It’s fair to say the 12 Apostles are the true icons of the Great Ocean Road.
And, with good reason. They are mighty and their world-renowned reputation well deserved.
It also makes total sense why most visitors turn north just past Warrnambool and track up towards the Grampians following along the Great Southern Touring Route.
But, if you have the time, I really recommend continuing along the coastline west of Warrnambool some time.
This stretch of the Great Ocean Road is much less visited than the icons to the east, but rewards the intrepid traveller with some incredible sights and truly unique locations.
These are my personal favourites:
This little seaside village is a delight. It’s very easy for time to melt away as you stare out across the beautiful beach. There is actually a cafe right-on-the-beach which makes the perfect place for a scenic coffee and chat.
After your tea or coffee it’s time to drive on to the Petrified Forest and the Blowholes on the other side of the cape.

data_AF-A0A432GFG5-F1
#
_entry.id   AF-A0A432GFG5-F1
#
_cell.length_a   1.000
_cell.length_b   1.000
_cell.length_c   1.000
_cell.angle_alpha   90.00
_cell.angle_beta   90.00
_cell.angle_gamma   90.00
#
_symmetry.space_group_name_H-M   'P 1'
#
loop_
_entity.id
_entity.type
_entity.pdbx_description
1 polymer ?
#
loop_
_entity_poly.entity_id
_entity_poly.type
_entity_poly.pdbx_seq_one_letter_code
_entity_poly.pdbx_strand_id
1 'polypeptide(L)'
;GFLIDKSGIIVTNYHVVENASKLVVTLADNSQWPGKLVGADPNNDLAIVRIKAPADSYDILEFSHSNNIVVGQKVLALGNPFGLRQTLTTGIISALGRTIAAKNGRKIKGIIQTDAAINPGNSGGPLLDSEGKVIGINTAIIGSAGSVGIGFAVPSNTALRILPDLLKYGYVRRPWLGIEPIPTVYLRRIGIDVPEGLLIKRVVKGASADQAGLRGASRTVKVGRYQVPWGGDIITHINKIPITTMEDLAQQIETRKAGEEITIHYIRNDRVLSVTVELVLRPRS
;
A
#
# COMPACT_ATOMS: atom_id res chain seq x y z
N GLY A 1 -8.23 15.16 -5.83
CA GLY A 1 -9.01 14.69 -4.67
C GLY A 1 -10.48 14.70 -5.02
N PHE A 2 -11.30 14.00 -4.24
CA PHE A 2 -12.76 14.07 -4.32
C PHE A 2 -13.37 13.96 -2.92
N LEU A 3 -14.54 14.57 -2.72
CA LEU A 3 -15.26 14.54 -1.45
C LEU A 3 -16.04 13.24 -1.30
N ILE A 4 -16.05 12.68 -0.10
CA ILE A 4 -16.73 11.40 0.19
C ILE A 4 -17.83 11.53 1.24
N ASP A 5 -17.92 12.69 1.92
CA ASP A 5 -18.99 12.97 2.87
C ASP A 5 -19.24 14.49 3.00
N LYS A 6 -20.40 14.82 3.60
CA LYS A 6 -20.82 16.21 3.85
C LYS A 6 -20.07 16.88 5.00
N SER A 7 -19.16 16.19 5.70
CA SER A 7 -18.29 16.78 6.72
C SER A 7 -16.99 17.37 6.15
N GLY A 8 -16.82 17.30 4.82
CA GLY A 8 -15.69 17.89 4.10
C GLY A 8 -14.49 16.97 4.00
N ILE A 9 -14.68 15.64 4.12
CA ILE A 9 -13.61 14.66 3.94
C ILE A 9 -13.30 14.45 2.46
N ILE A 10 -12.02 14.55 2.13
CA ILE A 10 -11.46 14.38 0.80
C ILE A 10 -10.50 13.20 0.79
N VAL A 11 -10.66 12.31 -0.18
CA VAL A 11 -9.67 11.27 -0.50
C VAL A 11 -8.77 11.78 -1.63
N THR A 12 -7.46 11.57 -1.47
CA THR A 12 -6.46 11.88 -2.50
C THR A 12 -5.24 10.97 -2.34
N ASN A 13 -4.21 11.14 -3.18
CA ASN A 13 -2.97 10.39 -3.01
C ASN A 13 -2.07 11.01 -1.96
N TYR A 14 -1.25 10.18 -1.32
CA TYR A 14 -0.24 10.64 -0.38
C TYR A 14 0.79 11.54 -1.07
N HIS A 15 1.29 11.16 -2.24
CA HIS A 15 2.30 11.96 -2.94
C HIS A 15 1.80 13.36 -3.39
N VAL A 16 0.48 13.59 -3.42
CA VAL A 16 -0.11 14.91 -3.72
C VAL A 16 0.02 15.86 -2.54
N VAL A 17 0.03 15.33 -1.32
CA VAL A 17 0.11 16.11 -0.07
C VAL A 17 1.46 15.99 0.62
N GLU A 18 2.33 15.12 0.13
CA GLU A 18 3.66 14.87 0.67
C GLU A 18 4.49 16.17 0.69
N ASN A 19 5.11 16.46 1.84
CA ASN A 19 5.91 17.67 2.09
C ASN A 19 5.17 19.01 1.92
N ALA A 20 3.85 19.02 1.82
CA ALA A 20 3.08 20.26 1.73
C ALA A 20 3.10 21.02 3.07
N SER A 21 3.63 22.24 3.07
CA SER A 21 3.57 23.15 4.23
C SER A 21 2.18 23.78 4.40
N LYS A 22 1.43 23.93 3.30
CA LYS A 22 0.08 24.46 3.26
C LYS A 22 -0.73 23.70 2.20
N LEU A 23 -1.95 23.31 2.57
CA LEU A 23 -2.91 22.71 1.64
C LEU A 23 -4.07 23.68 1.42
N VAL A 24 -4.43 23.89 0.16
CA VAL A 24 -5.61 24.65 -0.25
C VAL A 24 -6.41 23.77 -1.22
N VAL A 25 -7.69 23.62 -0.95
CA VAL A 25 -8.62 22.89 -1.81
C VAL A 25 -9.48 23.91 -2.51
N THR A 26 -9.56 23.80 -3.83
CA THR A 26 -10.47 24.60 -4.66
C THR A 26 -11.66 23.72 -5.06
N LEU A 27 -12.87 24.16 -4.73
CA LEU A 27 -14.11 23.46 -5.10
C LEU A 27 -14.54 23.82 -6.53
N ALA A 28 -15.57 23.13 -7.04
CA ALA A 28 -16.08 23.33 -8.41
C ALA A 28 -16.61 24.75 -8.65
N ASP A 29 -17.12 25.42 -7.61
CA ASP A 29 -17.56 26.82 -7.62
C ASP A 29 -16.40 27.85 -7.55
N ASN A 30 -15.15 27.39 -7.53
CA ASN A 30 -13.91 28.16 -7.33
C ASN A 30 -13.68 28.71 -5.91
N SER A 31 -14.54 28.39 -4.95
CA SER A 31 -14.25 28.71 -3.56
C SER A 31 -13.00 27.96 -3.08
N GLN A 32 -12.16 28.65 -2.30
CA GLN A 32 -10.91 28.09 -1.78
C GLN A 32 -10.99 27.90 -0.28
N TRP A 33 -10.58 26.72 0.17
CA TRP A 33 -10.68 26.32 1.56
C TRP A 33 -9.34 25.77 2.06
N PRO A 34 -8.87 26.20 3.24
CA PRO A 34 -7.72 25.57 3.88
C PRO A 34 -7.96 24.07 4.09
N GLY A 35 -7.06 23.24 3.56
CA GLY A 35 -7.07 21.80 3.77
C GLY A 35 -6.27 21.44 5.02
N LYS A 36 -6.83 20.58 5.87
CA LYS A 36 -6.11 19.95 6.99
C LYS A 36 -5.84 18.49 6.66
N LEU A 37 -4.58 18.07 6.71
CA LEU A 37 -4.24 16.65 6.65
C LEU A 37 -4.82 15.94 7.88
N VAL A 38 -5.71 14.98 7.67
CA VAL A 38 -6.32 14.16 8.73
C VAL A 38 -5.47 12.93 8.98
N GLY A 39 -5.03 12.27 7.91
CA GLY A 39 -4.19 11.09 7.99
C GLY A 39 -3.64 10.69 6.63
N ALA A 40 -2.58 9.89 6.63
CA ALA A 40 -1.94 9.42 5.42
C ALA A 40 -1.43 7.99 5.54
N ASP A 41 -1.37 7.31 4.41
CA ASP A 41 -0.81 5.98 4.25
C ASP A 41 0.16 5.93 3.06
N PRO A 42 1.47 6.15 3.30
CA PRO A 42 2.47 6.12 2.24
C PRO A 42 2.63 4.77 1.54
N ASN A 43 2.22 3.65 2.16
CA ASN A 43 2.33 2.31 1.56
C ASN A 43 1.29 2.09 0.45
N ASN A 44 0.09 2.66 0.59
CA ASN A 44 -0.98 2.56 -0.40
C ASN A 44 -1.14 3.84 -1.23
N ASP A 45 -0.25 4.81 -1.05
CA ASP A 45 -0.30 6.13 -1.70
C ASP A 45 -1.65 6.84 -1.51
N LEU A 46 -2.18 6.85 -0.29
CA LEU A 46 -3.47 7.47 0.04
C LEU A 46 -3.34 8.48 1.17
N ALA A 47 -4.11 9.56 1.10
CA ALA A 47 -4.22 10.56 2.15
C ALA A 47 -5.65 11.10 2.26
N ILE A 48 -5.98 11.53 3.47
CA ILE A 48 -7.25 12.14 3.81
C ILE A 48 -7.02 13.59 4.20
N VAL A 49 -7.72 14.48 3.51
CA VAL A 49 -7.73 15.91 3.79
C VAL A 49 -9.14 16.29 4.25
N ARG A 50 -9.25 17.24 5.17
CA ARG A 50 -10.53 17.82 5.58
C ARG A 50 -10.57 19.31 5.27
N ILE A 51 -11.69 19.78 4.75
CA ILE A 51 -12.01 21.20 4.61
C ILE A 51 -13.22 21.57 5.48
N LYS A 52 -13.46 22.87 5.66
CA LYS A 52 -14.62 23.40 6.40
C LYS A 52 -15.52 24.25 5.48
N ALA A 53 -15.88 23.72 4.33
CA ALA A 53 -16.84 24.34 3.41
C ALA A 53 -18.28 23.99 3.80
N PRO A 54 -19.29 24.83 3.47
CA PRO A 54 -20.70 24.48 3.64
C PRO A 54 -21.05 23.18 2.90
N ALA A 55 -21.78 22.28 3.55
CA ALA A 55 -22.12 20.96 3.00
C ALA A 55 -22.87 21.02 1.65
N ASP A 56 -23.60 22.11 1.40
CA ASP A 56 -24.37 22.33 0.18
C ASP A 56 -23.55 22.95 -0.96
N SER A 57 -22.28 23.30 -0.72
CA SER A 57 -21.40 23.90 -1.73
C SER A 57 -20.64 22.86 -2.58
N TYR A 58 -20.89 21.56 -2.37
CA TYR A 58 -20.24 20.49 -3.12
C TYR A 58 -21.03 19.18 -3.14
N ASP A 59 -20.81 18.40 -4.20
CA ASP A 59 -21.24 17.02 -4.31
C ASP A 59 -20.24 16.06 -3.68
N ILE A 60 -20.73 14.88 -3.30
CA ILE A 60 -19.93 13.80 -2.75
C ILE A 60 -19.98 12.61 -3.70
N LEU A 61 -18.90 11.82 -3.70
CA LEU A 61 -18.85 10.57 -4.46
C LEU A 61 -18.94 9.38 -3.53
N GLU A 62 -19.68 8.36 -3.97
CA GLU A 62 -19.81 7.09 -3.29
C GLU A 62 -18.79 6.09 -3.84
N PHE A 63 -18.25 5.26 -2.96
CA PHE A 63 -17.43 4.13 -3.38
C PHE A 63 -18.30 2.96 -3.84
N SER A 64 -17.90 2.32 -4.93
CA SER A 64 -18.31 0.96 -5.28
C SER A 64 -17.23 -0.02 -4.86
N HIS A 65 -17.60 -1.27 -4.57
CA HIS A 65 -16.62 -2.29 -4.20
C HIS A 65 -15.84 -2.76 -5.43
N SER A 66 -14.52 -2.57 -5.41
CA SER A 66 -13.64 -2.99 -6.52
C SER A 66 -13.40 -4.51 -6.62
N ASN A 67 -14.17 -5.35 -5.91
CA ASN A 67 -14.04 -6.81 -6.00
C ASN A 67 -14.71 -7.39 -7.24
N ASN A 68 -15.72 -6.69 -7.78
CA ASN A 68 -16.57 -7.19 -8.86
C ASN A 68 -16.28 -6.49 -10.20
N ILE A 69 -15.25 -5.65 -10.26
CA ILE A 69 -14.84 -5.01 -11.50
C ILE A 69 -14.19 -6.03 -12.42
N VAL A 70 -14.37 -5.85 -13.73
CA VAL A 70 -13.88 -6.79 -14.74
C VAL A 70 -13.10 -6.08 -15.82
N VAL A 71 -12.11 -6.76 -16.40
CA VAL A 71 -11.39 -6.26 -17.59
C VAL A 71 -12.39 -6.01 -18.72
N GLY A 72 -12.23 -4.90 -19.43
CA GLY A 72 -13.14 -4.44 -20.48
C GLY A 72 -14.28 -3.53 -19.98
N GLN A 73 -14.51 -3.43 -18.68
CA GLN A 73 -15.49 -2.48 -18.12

You almost need to pinch yourself once you start walking amongst these amazing lunar-like landscapes. Just to check you are still on earth and haven’t slipped through some vortex and landed on the moon. It’s like nothing else I have seen on my travels anywhere in the world. The forest is actually a collection of sandstone stacks that have been hollowed out over millions of years by rainwater.
Tip: The Bridgewater Blowholes are a great spot to watch the power of the ocean below you. An excellent boardwalk and viewing platform have been constructed but hold on to your hat! It can be seriously windy as the wind howls in from the ocean. Watching the waves crash into the rocks below is mesmerizing. It’s only about a five-minute walk from the ‘forest’ to the blowholes.
This amazing sight, only minutes west of Warrnambool, is one of Australia’s most unique locations formed more than 30,000 years ago by a series of volcanic eruptions. This landscape may have been shaped by violent beginnings, but today it’s a place of nature, stillness and calm. The sweeping views across the crater are jaw-dropping.